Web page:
Three Fabulous Kitchens: From Dark and Cramped to Warm and Nurturing

Believe it or not, these warm, nurturing kitchens were once dark, inefficient and featureless.


| September/October 2004



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BEFORE


Truly a Hearth

The owners of this Sonoma County, California, home approached me several years ago to help transform the dark, cramped kitchen of their otherwise charming 1920s bungalow into a place of sensuous eco-healthy delights. Although the house sits on two bucolic acres of fields and trees, the kitchen had only a few small windows and no outdoor access. The appliances, cabinets, and finishes were all dilapidated, and the area around the kitchen was chopped up into a hallway, mudroom, and undefined woodstove/storage area.

We began by opening up the space, turning it into one big live-in kitchen. We added larger, double-pane, wood-frame windows, a skylight, and a pair of French doors that open onto a new deck. While this might have led to overheating in other locations, the tall surrounding trees filter the sunlight and keep the space comfortable. We also added insulation to the roof, walls, and floor to increase comfort and lower heating bills.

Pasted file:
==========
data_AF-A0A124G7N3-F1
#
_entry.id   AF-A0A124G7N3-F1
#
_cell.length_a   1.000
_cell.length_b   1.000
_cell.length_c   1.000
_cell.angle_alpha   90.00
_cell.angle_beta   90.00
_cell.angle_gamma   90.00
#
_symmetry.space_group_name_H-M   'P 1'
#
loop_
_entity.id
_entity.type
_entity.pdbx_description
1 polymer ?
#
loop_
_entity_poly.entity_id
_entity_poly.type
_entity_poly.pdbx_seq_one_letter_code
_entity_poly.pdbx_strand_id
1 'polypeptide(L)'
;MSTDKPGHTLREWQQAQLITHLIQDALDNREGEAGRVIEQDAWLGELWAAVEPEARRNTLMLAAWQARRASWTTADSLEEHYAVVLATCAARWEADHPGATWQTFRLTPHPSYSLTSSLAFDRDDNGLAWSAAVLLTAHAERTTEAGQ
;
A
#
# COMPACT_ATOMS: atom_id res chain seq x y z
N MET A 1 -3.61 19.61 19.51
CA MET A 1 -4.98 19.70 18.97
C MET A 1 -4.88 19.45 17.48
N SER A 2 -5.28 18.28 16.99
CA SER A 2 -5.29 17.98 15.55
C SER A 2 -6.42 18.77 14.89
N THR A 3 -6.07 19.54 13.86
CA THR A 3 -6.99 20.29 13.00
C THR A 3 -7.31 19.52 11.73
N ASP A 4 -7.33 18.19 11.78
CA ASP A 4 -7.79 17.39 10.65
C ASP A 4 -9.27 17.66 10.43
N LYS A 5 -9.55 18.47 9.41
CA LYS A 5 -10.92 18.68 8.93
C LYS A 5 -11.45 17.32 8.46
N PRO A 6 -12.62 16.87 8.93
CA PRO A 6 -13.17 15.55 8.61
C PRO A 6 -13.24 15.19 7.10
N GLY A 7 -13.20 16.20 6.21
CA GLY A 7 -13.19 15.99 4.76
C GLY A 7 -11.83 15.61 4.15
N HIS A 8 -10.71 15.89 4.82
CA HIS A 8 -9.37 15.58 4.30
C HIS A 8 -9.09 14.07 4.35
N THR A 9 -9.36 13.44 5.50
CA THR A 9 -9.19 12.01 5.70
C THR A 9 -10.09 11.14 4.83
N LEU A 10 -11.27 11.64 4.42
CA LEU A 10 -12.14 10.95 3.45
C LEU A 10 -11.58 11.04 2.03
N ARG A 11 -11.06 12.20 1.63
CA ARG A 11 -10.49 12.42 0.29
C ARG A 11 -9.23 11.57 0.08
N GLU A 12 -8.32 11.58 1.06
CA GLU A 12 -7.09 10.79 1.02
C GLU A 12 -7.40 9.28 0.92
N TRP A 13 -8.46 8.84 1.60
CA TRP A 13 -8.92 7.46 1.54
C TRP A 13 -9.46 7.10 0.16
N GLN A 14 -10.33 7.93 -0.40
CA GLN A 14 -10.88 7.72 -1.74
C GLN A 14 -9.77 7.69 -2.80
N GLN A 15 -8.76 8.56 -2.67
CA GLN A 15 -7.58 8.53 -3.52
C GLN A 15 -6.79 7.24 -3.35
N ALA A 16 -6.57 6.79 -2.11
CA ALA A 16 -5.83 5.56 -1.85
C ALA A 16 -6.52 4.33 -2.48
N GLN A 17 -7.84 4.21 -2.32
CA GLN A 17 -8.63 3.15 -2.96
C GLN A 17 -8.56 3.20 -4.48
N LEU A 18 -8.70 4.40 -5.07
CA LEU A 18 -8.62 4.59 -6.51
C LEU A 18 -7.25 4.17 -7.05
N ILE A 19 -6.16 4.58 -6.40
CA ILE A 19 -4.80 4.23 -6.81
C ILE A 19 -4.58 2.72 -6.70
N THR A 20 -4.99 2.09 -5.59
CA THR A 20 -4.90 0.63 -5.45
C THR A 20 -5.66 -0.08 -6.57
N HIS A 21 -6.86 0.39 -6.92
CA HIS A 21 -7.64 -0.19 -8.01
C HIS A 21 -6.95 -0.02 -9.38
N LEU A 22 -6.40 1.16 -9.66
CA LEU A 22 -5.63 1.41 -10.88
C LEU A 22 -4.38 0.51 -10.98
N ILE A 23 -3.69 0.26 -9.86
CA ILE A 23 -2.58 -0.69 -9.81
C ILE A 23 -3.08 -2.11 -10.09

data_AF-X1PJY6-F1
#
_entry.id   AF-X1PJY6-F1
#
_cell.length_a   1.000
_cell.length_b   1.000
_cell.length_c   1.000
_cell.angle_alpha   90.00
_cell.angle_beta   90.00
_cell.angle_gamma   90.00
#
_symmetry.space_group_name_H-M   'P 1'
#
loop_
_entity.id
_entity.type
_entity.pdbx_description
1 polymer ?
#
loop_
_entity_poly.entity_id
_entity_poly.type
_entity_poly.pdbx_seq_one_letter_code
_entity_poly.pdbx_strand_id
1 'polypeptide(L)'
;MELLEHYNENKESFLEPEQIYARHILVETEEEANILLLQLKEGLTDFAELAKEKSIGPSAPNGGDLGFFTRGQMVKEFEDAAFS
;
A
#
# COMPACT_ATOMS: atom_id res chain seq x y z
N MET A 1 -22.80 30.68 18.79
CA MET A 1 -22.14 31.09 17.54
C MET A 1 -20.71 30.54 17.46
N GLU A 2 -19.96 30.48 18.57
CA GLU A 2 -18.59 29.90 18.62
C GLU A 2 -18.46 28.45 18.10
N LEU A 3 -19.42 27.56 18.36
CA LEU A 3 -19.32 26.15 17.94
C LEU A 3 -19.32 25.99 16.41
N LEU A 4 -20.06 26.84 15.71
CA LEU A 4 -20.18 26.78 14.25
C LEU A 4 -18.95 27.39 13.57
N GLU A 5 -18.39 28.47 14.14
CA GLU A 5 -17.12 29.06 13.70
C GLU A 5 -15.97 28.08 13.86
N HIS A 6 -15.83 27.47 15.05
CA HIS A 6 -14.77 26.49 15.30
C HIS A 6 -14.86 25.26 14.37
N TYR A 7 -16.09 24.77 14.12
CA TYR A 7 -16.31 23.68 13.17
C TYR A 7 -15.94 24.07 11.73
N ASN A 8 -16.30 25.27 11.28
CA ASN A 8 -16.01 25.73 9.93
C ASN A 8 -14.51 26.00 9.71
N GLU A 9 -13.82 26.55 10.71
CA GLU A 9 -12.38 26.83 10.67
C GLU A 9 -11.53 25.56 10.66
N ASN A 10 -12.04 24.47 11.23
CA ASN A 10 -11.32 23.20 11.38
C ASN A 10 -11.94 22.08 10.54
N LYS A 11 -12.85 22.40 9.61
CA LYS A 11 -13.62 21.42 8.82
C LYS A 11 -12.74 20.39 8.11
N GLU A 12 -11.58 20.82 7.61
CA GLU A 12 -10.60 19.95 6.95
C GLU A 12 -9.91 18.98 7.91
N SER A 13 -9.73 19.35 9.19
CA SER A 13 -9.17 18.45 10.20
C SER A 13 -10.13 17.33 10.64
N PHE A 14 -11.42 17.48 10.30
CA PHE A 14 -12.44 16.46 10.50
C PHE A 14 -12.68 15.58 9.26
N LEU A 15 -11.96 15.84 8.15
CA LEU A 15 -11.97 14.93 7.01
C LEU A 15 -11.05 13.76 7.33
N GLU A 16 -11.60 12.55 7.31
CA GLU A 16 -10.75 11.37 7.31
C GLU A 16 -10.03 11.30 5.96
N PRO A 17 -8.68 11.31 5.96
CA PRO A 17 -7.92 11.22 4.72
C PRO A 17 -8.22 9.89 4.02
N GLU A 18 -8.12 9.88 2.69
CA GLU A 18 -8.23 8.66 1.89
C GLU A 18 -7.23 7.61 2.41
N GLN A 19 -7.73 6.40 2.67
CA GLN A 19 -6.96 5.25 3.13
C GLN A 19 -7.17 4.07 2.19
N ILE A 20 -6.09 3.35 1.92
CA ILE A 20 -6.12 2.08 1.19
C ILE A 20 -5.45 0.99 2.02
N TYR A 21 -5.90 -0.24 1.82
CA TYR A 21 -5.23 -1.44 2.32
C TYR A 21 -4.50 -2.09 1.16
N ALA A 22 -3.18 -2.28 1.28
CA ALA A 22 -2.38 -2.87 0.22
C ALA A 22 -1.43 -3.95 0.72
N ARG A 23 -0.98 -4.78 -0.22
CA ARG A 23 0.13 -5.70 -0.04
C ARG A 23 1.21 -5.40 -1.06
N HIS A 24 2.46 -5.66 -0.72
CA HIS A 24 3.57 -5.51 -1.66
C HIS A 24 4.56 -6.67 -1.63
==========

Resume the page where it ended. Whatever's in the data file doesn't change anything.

We transformed the no-man’s land at one end of the kitchen into a cozy Southwest-style inglenook with a built-in fireplace and plastered benches. My clients love this nook. “It serves many purposes: a place to rest, read, play the guitar, socialize, or warm up on a cold day,” says one.

I carved a “cool room” out of the kitchen’s north corner for storing grains and fresh produce. With insulation all around, screened vents high and low on a shady outside wall, and slatted shelves for airflow, it stays naturally cooler than the rest of the house without using electricity.

In rebuilding the kitchen, my clients wanted to avoid rectilinear cabinet fronts; through a local Waldorf school, they found a cabinetmaker who was happy to comply. They love the cabinets’ unique, sculptural look, which draws comments of delight from visitors.





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